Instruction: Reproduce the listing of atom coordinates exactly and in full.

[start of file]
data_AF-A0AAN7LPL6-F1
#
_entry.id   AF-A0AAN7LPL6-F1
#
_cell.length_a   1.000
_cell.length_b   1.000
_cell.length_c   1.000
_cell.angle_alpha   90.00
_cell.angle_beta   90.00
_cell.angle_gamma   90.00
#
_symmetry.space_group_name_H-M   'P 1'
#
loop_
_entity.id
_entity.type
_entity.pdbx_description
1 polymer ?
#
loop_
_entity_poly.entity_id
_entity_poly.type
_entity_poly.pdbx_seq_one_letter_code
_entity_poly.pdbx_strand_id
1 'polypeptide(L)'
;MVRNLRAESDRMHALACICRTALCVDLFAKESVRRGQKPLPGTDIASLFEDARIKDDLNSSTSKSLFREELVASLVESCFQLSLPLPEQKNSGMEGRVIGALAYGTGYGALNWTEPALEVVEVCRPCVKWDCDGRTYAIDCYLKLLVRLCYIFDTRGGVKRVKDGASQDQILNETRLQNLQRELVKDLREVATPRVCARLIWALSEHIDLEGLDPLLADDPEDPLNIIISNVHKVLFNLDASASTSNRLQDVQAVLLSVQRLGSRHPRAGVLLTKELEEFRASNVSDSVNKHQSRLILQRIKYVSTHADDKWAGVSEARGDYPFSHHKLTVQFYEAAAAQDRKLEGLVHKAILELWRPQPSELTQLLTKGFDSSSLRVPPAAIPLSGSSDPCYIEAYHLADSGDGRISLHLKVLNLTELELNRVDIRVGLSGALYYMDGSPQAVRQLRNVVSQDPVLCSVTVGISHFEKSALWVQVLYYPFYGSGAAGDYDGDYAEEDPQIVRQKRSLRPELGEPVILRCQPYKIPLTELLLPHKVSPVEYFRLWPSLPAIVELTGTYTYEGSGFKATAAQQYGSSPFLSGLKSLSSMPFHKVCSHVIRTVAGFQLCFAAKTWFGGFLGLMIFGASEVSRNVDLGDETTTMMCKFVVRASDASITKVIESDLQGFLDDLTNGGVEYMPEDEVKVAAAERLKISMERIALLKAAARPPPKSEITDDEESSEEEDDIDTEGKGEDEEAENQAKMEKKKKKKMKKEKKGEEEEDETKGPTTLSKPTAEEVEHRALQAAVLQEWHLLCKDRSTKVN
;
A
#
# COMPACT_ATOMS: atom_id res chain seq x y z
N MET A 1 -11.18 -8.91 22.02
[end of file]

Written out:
data_AF-A0AAN7LPL6-F1
#
_entry.id   AF-A0AAN7LPL6-F1
#
_cell.length_a   1.000
_cell.length_b   1.000
_cell.length_c   1.000
_cell.angle_alpha   90.00
_cell.angle_beta   90.00
_cell.angle_gamma   90.00
#
_symmetry.space_group_name_H-M   'P 1'
#
loop_
_entity.id
_entity.type
_entity.pdbx_description
1 polymer ?
#
loop_
_entity_poly.entity_id
_entity_poly.type
_entity_poly.pdbx_seq_one_letter_code
_entity_poly.pdbx_strand_id
1 'polypeptide(L)'
;MVRNLRAESDRMHALACICRTALCVDLFAKESVRRGQKPLPGTDIASLFEDARIKDDLNSSTSKSLFREELVASLVESCFQLSLPLPEQKNSGMEGRVIGALAYGTGYGALNWTEPALEVVEVCRPCVKWDCDGRTYAIDCYLKLLVRLCYIFDTRGGVKRVKDGASQDQILNETRLQNLQRELVKDLREVATPRVCARLIWALSEHIDLEGLDPLLADDPEDPLNIIISNVHKVLFNLDASASTSNRLQDVQAVLLSVQRLGSRHPRAGVLLTKELEEFRASNVSDSVNKHQSRLILQRIKYVSTHADDKWAGVSEARGDYPFSHHKLTVQFYEAAAAQDRKLEGLVHKAILELWRPQPSELTQLLTKGFDSSSLRVPPAAIPLSGSSDPCYIEAYHLADSGDGRISLHLKVLNLTELELNRVDIRVGLSGALYYMDGSPQAVRQLRNVVSQDPVLCSVTVGISHFEKSALWVQVLYYPFYGSGAAGDYDGDYAEEDPQIVRQKRSLRPELGEPVILRCQPYKIPLTELLLPHKVSPVEYFRLWPSLPAIVELTGTYTYEGSGFKATAAQQYGSSPFLSGLKSLSSMPFHKVCSHVIRTVAGFQLCFAAKTWFGGFLGLMIFGASEVSRNVDLGDETTTMMCKFVVRASDASITKVIESDLQGFLDDLTNGGVEYMPEDEVKVAAAERLKISMERIALLKAAARPPPKSEITDDEESSEEEDDIDTEGKGEDEEAENQAKMEKKKKKKMKKEKKGEEEEDETKGPTTLSKPTAEEVEHRALQAAVLQEWHLLCKDRSTKVN
;
A
#
# COMPACT_ATOMS: atom_id res chain seq x y z
N MET A 1 -11.18 -8.91 22.02